(Bloomberg) -- European Central Bank policy makers differed in their Thursday meeting over how much bond-buying would be needed when liquidity in financial markets is thinner during the summer, according to officials familiar with the debate.

The Governing Council session also saw some members raise the prospect of upside risks to inflation in the euro zone, the officials said. The people asked not to be identified because the meeting was private.

On Thursday, the Governing Council decided that emergency bond-buying would continue at a “significantly higher pace” than the 14 billion euros ($17 billion) a week at the start of the year -- despite substantial upward revisions to the economic outlook.

President Christine Lagarde flagged that there were differences of opinion during her press conference.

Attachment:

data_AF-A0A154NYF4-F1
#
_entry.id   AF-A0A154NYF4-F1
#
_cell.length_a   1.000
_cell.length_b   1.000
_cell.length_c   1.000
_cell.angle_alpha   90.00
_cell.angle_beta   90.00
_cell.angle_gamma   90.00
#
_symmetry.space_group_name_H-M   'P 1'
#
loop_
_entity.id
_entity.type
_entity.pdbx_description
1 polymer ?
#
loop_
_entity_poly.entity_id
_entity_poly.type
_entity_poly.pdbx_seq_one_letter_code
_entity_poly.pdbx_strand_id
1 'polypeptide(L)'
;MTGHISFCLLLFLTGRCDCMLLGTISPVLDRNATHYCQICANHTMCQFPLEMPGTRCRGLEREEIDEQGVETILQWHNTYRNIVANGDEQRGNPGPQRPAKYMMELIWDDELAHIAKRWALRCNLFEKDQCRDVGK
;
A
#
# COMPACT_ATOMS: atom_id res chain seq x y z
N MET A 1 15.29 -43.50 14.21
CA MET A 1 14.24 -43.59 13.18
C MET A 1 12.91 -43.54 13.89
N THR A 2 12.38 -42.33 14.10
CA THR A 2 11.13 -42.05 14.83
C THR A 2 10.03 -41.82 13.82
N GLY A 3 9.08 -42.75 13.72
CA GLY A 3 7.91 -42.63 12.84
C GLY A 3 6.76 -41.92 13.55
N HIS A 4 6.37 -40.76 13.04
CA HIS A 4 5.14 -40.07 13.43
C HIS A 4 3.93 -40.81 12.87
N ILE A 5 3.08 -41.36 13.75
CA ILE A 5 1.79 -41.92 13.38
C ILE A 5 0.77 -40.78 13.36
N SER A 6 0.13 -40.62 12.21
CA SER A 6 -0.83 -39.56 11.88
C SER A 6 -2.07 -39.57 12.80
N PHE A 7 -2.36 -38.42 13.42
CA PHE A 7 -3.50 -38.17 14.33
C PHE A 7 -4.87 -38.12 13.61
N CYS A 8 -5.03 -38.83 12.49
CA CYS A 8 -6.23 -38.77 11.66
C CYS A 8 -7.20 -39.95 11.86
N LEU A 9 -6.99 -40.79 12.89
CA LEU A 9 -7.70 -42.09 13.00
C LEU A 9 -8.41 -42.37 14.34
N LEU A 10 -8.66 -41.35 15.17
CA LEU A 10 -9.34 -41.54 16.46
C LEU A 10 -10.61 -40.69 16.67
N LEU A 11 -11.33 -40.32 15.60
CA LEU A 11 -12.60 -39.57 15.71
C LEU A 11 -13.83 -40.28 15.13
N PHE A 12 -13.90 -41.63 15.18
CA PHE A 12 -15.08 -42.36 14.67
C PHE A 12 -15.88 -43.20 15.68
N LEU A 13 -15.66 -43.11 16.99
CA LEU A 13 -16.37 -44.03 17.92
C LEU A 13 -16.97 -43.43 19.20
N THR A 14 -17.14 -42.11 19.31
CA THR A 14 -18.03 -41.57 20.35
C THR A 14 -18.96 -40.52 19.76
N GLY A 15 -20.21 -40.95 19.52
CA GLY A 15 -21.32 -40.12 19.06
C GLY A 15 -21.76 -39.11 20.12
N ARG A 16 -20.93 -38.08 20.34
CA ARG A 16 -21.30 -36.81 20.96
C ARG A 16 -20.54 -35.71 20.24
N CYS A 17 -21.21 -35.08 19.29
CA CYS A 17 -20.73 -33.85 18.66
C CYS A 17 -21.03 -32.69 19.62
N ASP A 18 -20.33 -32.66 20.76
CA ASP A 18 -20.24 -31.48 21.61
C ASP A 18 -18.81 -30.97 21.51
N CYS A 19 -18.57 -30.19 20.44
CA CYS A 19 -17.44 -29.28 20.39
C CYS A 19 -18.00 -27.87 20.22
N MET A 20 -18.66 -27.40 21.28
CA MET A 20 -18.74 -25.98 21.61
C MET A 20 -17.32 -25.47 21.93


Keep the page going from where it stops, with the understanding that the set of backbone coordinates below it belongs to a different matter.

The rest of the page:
“There was debate on the pace of purchase, on some of the analytical aspects on the use of our instruments. So I use the words broadly agreed. There was here and there a couple of diverging views and not unanimous consent across the board.”

The discussion over liquidity was left unresolved. Some argued that lower market volumes would allow the ECB to spend less than otherwise needed to keep financing conditions favorable, resulting in fewer purchases in the third quarter than the second. Others who focused on maintaining the current purchase pace wanted to see faster buying in July and September to make up for a weaker August.

The ECB has a habit of slowing bond-buying during August amid concerns that a larger presence would overwhelm the market.

Read more: ECB Compromise on Bond-Buying Might Be Brokered by Summer Lull.

In their discussions on inflation, some members raised the question of whether risks to outlook for price growth could be seen as on the upside, the officials said. That’s partly due to the euro zone’s strong economic recovery and spillovers from the U.S., where inflation has soared.

Lagarde said in her press conference that higher inflation rates will be temporary and underlying price pressures remain subdued.

An ECB spokesman declined to comment.

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